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News / October 12, 2010

Dental X-ray camera goes space age

by Guy Hiscott

Space-age technology has been incorporated into a new tool for dentists that may make a trip to the surgery less painful for patients.

The dental instrument is a small, high-resolution X-ray camera capable of imaging what goes on inside teeth with a minimal amount of effort – and a minimum amount of discomfort to patients.
Swedish company, Nanospace, is responsible for developing the new approach to healthcare and the Scint-X company desigend the camera.

With this new approach, the images obtained are substantially more detailed than possible with similar instruments and offer increased contrast.

At the very core of the instrument is a miniaturised device called a structured scintillator that converts X-rays into visible light.

Scint-X expert Per Wiklund  says: ‘Our scintillator uses a specially structured silicon substrate and with this unique and patented manufacturing technique we can obtain substantially higher resolution than currently on the market today.’

As the unit is a lot thinner and generally smaller than other devices, the amount of discomfort for the patient is reduced.

The scintillator design that Scint-X proposed was handed over to Nanospace, which engineered the device with precision at its micro-electro-mechanical system (MEMS) facility.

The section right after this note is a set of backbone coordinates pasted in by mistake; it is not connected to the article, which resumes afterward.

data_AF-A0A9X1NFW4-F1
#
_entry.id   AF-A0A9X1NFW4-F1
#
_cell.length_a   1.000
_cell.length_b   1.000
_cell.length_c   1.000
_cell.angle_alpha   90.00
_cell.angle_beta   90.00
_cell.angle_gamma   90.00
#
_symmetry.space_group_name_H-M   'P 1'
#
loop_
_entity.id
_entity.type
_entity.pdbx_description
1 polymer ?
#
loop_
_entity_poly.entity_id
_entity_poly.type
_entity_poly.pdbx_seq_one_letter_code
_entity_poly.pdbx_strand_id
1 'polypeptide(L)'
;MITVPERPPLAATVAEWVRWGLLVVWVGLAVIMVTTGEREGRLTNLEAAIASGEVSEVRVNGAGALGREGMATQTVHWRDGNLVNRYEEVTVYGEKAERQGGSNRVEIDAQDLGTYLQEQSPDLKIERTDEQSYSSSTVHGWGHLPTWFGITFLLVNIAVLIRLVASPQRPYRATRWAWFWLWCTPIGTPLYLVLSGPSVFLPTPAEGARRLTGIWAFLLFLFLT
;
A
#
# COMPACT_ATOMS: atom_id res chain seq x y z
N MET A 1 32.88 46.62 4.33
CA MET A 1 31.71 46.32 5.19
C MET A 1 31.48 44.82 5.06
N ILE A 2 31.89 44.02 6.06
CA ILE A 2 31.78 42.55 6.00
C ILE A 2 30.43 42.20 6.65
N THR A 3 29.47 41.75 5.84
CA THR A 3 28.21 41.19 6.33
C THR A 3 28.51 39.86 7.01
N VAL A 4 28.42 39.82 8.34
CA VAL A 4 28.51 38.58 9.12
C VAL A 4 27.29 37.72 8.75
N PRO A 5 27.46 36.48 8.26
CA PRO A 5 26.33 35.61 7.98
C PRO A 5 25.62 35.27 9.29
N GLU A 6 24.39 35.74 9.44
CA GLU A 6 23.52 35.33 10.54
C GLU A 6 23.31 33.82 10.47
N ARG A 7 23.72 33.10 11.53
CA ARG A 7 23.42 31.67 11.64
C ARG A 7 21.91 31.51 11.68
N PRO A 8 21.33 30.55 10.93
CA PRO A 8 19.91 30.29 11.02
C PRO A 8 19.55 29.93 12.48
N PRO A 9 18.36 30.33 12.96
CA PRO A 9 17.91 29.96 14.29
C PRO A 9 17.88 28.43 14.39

CEO of Nanospace, Tor-Arne Grönland, says: ‘The investment in our special machine [to produce MEMS] was entirely driven by the demand for capacity and quality in our production for space projects. Later, a number of non-space companies and research groups, such as Scint-X, have taken advantage of the processes and the capacity we now have.’

The European Space Agency (ESA) is now ‘exploring with Nanospace the limits of this emerging MEMS-based micropropulsion technology for high-accuracy propulsion applications’ she adds.

‘The synergy between space and non-space research and development, as in the case of Scint-X, illustrates the potential of technology transfer,’ the leader of the ESA Technology Transfer Program Office, Frank M Salzgeber, adds.
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